Soap works

So why am I writing about an ingredient that has already been debunked?  Because I regularly get asked – usually by desperate parents fighting unending rounds of a stomach flu – if Dr. Bronner’s Castile Soaps or Sal Suds are antibacterial.  As you’ve likely guessed, the answer is “No.”  And they don’t need to be. Surfactants, such as Castile Soap and Sal Suds, remove germs and bacteria, as well as dirt and grease.  Again, they don’t kill.  They remove all manner of dirt and germs and grease and other ickies off of any surface.  They effectively clean counters, cutting boards, sinks, door knobs, you….  They’re like the security force that surrounds the problematic intruders and escorts them out the door – or down the drain.  Call them The Eliminators.

In contrast to soap and other surfactants, antibacterial agents kill germs, but do not remove them.  Saying it another way, they kill but do not clean.  Antibacterial hand cleansers or washes may have also contained some soap or detergent that would then remove the dead germs, but they would have removed them anyways.  The antibacterial agents were superfluous.

Then there were the secondary, but personally more eyebrow-raising, concerns about potential promotion of antibiotic-resistant superbugs, hormone disruption and cancer.  Let’s look at the first.  “Antibiotic-resistant superbugs” refer to things like STAPH and MRSA, which are infections that take a stunningly massive quantity of novel antibiotics to get rid of.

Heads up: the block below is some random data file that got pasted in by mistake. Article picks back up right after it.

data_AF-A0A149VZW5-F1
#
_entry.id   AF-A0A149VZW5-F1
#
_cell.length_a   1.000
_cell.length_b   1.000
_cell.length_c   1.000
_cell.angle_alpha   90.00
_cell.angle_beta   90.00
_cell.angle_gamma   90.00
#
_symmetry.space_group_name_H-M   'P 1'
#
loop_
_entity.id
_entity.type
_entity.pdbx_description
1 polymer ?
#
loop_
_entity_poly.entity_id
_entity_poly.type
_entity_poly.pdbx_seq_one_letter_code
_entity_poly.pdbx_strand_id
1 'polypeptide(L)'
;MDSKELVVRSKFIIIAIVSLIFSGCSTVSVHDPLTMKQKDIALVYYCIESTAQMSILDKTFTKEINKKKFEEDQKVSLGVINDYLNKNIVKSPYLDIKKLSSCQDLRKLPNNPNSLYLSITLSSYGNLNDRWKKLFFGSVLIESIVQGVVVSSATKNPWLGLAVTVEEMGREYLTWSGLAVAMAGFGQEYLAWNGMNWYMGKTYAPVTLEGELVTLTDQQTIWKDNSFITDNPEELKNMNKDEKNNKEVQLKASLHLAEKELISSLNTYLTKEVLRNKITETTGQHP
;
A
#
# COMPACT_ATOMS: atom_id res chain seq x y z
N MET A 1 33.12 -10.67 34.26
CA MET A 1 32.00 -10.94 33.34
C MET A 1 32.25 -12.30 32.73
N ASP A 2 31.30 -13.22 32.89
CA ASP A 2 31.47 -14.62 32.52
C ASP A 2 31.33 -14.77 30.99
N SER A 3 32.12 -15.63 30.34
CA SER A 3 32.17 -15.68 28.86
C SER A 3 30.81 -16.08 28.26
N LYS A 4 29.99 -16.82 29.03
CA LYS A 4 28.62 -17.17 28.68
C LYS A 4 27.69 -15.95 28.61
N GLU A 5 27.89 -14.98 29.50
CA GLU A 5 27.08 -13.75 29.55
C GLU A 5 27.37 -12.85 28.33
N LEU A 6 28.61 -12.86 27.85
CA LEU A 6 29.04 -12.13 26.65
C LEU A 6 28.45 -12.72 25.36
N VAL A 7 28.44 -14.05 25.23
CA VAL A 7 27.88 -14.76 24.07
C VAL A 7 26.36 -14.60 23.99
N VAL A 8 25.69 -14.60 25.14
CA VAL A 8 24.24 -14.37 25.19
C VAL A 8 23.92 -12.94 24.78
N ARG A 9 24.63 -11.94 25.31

Many a bottle of antibacterial hand wash shouted, “Kills up to 99.99% germs!”  I couldn’t have stated the problem better myself.  If it kills 99.99% of germs, then it doesn’t kill .01% of germs.  And the .01% of the germs are those super-duper strong ones that aren’t easily killed.  And these super strong, hard-to-kill germs now have the playing field to themselves.  They have no other germs to compete with.  While .01% is certainly a very small number, without competition they can grow and reproduce and strengthen and do their dastardly deeds with little to get in their way.  This is not a good thing.  In fact, this is such a not-good-thing, that on its website, the Center for Disease Control (CDC) calls “antibiotic resistance… one of the biggest public health challenges of our time.”


Waterless Hand Sanitizers